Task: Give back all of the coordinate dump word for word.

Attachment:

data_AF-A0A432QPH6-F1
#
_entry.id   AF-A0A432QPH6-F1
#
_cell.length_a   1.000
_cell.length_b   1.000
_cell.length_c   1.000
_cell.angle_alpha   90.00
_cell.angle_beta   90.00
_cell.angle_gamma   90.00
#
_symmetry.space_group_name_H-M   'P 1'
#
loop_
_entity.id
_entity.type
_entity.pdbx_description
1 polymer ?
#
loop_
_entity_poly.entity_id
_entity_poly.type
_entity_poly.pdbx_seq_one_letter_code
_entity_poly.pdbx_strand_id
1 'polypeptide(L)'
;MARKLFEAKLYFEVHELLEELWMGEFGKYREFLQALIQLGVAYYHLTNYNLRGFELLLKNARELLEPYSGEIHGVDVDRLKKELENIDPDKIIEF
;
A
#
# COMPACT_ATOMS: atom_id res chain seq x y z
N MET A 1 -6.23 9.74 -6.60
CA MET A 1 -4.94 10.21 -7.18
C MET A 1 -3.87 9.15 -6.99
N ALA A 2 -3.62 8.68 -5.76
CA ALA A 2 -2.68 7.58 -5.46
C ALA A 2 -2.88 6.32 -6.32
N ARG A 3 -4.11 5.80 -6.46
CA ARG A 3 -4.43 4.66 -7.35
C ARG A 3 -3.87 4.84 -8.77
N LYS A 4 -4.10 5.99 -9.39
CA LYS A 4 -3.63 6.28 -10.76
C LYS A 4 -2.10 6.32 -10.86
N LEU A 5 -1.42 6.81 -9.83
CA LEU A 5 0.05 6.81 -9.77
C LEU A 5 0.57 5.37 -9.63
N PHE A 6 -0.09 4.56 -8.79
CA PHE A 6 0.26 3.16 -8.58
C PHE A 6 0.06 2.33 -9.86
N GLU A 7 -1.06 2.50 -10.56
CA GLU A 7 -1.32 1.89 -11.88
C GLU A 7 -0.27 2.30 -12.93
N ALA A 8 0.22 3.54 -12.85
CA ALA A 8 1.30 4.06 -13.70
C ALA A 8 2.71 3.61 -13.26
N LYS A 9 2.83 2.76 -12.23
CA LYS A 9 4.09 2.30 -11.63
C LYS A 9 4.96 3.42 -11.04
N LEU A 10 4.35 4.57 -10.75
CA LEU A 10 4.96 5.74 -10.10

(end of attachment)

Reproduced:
data_AF-A0A432QPH6-F1
#
_entry.id   AF-A0A432QPH6-F1
#
_cell.length_a   1.000
_cell.length_b   1.000
_cell.length_c   1.000
_cell.angle_alpha   90.00
_cell.angle_beta   90.00
_cell.angle_gamma   90.00
#
_symmetry.space_group_name_H-M   'P 1'
#
loop_
_entity.id
_entity.type
_entity.pdbx_description
1 polymer ?
#
loop_
_entity_poly.entity_id
_entity_poly.type
_entity_poly.pdbx_seq_one_letter_code
_entity_poly.pdbx_strand_id
1 'polypeptide(L)'
;MARKLFEAKLYFEVHELLEELWMGEFGKYREFLQALIQLGVAYYHLTNYNLRGFELLLKNARELLEPYSGEIHGVDVDRLKKELENIDPDKIIEF
;
A
#
# COMPACT_ATOMS: atom_id res chain seq x y z
N MET A 1 -6.23 9.74 -6.60
CA MET A 1 -4.94 10.21 -7.18
C MET A 1 -3.87 9.15 -6.99
N ALA A 2 -3.62 8.68 -5.76
CA ALA A 2 -2.68 7.58 -5.46
C ALA A 2 -2.88 6.32 -6.32
N ARG A 3 -4.11 5.80 -6.46
CA ARG A 3 -4.43 4.66 -7.35
C ARG A 3 -3.87 4.84 -8.77
N LYS A 4 -4.10 5.99 -9.39
CA LYS A 4 -3.63 6.28 -10.76
C LYS A 4 -2.10 6.32 -10.86
N LEU A 5 -1.42 6.81 -9.83
CA LEU A 5 0.05 6.81 -9.77
C LEU A 5 0.57 5.37 -9.63
N PHE A 6 -0.09 4.56 -8.79
CA PHE A 6 0.26 3.16 -8.58
C PHE A 6 0.06 2.33 -9.86
N GLU A 7 -1.06 2.50 -10.56
CA GLU A 7 -1.32 1.89 -11.88
C GLU A 7 -0.27 2.30 -12.93
N ALA A 8 0.22 3.54 -12.85
CA ALA A 8 1.30 4.06 -13.70
C ALA A 8 2.71 3.61 -13.26
N LYS A 9 2.83 2.76 -12.23
CA LYS A 9 4.09 2.30 -11.63
C LYS A 9 4.96 3.42 -11.04
N LEU A 10 4.35 4.57 -10.75
CA LEU A 10 4.96 5.74 -10.10